Euro on edge: The euro moved closer to catastrophe this week as it became dangerously expensive for Italy and Spain to borrow money. Interest rates on 10-year Italian bonds rose briefly to over 6 percent. They remain high, despite a successful bond auction and the fact that the government succeeded in passing austerity measures. Greece’s troubles continue as Fitch downgraded its credit rating from B+ to CCC on July 13. On July 12, Moody’s cut Ireland’s debt rating from Ba1 to Baa3—junk status.

More Catholic corruption: The Roman Catholic Church covered up sexual abuse committed by its priests until as recently as two years ago, according to a report issued Wednesday by the Irish government. This is despite the church’s claims that it has reported all cases of abuse since 1995. Ireland’s justice minister, Alan Shatter, said this discovery was “truly scandalous.” The Cloyne Report found that the church ignored complaints about 19 priests from 1996 to 2009 in the diocese of Cloyne.


China poised to become world leader in submarine capability: China deployed the Jiaolong deep-sea submersible on Wednesday in the central Pacific Ocean. The Jiaolong, designed to become the world’s deepest-diving manned craft, is being watched with great interest by Asian and Western analysts who recognize its mining and military potential. If the submersible’s mission is successful, Beijing will go on in 2012 to send the Jiaolong near to its maximum operation depth of about 7,000 meters, which would mean the craft can navigate nearly all of the world’s ocean floors. This achievement would place China at the top of an exclusive list of deep-sea submersible operator nations, ahead of Russia, Japan, France and the U.S. Beijing aims to use the superior diving technology represented in the Jiaolong to boost its leverage over resources in waters that are also claimed by Japan and several Southeast Asian nations. This goal was symbolized by the Jiaolong’s use of a robotic arm to plant a Chinese flag on the floor of the South China Sea during a dive in 2010. Although Beijing makes no effort to hide its ambitions to use the Jiaolong to harness resources, it has said little about the submersible’s military potential. The craft’s stated capabilities suggest that it could execute key expeditions for China’s national security forces, such as developing high-resolution maps of seabeds to facilitate the navigation of China’s expanding fleet of submarines; tapping into other nations’ undersea fiber-optic cables to intercept messages; and recovering lost nuclear weapons. Expect China to continue to invest in projects that bolster its claim to resources and its military power.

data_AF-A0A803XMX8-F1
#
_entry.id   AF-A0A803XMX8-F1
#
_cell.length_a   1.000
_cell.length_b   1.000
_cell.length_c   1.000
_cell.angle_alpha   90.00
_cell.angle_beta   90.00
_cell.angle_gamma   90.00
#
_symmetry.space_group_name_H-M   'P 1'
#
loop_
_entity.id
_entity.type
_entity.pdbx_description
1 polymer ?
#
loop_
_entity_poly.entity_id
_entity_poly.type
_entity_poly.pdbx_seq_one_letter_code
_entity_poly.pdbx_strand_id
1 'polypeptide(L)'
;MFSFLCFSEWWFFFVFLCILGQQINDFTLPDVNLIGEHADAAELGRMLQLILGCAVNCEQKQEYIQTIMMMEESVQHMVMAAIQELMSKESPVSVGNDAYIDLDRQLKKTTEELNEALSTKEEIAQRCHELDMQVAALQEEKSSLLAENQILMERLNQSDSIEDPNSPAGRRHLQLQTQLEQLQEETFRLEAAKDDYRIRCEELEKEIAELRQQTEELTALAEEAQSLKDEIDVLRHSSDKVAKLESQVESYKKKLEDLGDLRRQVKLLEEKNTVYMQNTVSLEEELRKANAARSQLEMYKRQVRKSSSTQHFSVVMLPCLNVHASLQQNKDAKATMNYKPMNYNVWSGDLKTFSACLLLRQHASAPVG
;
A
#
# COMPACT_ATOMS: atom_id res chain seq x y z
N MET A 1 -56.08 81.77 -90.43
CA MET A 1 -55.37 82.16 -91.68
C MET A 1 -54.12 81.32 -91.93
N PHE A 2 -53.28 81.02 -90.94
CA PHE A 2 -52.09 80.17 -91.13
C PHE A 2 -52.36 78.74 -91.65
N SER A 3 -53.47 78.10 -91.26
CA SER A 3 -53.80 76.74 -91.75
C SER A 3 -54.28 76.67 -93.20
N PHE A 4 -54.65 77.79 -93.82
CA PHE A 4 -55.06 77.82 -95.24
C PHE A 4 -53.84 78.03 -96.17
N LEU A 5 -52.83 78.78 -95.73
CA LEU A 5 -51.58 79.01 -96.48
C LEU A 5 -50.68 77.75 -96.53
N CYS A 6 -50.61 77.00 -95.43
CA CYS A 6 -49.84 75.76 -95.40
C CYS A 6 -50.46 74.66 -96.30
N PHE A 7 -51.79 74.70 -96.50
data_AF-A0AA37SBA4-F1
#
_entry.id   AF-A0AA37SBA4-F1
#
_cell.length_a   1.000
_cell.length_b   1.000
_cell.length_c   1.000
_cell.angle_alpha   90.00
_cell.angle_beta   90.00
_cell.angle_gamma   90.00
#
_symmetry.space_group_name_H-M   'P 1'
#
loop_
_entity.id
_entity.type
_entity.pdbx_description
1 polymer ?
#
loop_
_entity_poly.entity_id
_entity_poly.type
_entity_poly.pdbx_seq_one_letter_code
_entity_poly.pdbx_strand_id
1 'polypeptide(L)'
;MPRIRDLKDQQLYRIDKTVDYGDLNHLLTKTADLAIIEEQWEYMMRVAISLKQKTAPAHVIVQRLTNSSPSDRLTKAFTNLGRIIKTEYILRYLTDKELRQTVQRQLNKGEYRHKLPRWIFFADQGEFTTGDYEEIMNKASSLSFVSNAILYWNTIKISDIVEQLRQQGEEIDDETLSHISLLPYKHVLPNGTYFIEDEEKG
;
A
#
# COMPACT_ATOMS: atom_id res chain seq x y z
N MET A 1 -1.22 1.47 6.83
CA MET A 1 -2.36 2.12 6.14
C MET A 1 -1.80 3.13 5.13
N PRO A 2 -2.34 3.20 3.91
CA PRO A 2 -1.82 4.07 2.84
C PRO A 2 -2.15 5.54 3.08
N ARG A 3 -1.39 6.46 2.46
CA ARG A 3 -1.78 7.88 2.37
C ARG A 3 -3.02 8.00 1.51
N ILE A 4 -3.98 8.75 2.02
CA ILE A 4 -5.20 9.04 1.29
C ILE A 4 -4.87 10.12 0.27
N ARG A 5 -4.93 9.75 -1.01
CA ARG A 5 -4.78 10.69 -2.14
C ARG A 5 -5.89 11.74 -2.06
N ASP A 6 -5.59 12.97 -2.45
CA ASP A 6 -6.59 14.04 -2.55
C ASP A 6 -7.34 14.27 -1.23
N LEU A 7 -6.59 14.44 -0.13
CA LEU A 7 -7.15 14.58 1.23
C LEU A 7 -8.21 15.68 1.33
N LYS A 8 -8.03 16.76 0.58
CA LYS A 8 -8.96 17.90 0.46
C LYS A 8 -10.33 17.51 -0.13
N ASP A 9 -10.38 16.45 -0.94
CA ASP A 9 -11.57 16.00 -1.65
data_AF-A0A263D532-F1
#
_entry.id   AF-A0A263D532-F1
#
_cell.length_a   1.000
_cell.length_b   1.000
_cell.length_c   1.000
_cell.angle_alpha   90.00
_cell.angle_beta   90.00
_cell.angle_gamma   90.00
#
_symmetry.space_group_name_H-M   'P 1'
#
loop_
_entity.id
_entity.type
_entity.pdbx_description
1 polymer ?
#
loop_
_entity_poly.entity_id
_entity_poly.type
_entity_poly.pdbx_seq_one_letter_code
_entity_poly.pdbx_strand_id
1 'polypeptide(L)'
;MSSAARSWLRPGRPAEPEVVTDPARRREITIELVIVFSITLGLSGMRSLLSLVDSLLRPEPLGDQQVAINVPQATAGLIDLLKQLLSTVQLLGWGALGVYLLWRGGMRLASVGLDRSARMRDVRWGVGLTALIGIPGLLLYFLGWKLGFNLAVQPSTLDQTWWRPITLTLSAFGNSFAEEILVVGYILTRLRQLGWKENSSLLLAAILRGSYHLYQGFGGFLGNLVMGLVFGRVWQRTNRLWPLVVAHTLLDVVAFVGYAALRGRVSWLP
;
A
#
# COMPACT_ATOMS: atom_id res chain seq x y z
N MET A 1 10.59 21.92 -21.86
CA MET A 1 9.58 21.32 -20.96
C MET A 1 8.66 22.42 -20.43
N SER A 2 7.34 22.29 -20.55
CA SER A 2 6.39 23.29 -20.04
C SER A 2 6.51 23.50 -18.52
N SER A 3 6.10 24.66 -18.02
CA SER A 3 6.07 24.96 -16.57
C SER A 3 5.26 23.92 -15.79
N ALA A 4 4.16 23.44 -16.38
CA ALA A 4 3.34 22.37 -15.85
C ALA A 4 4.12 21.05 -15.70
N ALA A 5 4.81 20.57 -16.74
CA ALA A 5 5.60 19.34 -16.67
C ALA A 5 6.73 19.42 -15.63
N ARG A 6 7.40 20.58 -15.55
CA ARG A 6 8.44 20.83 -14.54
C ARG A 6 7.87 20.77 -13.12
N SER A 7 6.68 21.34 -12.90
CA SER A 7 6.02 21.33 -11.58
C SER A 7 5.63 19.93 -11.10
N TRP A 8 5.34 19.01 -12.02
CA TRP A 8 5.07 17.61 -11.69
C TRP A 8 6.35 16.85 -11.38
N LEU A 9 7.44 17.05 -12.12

China’s global exports increase: Over a year after China began to allow its currency to climb against the U.S. dollar, the country is a bigger exporting force than ever before, compounding its trading dominance and complicating attempts by other countries to boost their manufacturing sectors. On Sunday, Beijing reported that its exports reached $874 billion in the first half of 2011 and $162 billion for the month of June. Both figures are records representing increases of almost 20 percent over the previous year. China’s improving performance comes in spite of increasing costs for Chinese manufacturers, who are facing the highest inflation in three years, mandatory wage increases, and a Chinese currency that has strengthened more than 5.5 percent against the greenback since Beijing began allowing it to climb. As China’s economic might grows, so will its military capability and assertiveness.